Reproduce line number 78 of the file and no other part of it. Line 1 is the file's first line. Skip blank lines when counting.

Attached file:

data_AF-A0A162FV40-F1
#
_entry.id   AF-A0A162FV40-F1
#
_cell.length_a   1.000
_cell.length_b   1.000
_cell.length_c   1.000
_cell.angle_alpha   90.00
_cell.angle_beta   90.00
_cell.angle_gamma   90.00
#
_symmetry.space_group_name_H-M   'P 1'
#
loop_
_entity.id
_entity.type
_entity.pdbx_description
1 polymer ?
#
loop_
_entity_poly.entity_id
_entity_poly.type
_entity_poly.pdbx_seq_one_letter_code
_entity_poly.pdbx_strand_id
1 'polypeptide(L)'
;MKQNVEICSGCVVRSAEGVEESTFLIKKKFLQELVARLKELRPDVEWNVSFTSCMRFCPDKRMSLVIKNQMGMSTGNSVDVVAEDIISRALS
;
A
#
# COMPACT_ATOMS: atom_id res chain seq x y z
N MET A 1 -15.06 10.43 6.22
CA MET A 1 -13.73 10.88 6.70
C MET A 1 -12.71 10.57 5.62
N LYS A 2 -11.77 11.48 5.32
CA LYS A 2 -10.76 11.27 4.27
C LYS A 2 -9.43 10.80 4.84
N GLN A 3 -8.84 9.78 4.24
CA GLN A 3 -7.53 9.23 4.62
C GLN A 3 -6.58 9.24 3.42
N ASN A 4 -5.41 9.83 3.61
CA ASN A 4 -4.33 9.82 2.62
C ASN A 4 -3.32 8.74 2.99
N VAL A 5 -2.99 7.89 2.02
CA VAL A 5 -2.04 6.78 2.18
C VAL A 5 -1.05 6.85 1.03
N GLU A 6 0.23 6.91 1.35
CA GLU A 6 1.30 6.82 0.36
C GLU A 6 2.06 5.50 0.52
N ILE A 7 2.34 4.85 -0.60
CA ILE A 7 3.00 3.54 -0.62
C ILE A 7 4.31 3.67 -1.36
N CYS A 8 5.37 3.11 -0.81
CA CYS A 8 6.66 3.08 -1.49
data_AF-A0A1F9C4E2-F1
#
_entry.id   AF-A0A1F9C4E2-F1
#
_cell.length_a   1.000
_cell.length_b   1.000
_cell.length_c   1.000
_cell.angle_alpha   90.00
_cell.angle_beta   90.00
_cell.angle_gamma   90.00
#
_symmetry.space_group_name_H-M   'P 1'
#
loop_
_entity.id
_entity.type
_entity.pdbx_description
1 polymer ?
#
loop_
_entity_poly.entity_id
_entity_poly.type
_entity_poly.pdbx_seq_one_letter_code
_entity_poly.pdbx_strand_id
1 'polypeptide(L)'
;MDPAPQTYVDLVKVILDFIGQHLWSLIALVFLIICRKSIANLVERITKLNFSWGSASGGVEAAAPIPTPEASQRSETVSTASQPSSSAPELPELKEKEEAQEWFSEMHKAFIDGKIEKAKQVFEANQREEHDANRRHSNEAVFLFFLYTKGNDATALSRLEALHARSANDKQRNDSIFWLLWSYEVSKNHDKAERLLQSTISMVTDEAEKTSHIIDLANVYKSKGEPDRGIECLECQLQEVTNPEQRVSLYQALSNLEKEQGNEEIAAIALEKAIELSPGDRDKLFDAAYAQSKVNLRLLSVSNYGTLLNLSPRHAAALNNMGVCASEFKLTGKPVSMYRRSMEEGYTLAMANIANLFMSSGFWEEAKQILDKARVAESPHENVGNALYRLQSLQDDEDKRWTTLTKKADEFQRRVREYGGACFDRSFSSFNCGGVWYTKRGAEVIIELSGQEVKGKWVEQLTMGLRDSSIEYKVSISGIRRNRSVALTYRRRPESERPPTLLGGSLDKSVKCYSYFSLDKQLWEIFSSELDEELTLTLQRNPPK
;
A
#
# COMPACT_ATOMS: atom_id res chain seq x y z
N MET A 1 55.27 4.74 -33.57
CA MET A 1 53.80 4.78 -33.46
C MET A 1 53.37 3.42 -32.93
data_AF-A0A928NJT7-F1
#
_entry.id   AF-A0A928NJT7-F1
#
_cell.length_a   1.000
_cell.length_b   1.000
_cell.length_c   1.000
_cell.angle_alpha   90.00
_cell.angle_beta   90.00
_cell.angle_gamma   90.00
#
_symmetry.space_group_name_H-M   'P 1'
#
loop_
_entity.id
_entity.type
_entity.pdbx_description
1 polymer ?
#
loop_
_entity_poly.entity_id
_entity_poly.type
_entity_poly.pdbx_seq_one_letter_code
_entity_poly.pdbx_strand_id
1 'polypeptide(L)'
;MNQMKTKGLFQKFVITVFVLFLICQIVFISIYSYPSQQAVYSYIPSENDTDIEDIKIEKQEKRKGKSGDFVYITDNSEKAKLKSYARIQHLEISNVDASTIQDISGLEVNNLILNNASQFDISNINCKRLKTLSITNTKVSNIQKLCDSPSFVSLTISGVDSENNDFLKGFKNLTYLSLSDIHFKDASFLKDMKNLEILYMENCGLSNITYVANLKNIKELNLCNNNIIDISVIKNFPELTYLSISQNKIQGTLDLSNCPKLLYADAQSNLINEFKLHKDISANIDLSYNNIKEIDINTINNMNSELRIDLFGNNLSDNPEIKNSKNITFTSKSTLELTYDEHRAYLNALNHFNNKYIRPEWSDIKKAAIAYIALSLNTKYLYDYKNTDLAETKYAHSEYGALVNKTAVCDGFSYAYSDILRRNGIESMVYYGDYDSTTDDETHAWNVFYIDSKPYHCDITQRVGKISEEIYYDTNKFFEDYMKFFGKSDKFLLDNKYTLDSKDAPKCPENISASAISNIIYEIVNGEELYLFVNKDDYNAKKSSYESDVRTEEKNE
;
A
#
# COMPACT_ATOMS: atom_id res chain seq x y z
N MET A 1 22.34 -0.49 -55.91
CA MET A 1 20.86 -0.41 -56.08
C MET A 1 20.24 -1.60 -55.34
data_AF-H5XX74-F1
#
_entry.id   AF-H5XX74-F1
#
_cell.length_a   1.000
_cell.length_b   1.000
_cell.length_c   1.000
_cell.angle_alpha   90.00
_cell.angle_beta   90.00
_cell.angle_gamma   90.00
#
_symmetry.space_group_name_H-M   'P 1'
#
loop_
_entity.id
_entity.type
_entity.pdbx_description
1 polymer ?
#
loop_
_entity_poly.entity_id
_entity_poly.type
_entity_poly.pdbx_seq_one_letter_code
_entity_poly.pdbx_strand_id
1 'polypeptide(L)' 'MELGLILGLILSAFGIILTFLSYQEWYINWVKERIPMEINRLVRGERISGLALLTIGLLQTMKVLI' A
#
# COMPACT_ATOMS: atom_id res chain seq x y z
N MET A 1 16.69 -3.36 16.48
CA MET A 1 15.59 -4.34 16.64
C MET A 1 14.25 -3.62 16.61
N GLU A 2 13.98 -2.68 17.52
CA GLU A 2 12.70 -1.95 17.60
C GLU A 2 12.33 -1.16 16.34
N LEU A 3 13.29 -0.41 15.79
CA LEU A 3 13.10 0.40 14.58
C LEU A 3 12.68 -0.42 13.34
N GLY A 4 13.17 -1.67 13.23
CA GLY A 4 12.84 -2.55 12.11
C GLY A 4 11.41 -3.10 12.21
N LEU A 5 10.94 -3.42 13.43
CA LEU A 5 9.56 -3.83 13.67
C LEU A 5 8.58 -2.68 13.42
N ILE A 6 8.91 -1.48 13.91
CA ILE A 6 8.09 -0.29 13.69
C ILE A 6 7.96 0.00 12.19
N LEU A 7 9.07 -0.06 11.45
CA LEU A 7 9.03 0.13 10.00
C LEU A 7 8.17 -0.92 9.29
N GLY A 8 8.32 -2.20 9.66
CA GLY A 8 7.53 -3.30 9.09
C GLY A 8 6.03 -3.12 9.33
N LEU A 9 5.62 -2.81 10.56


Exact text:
1 'polypeptide(L)'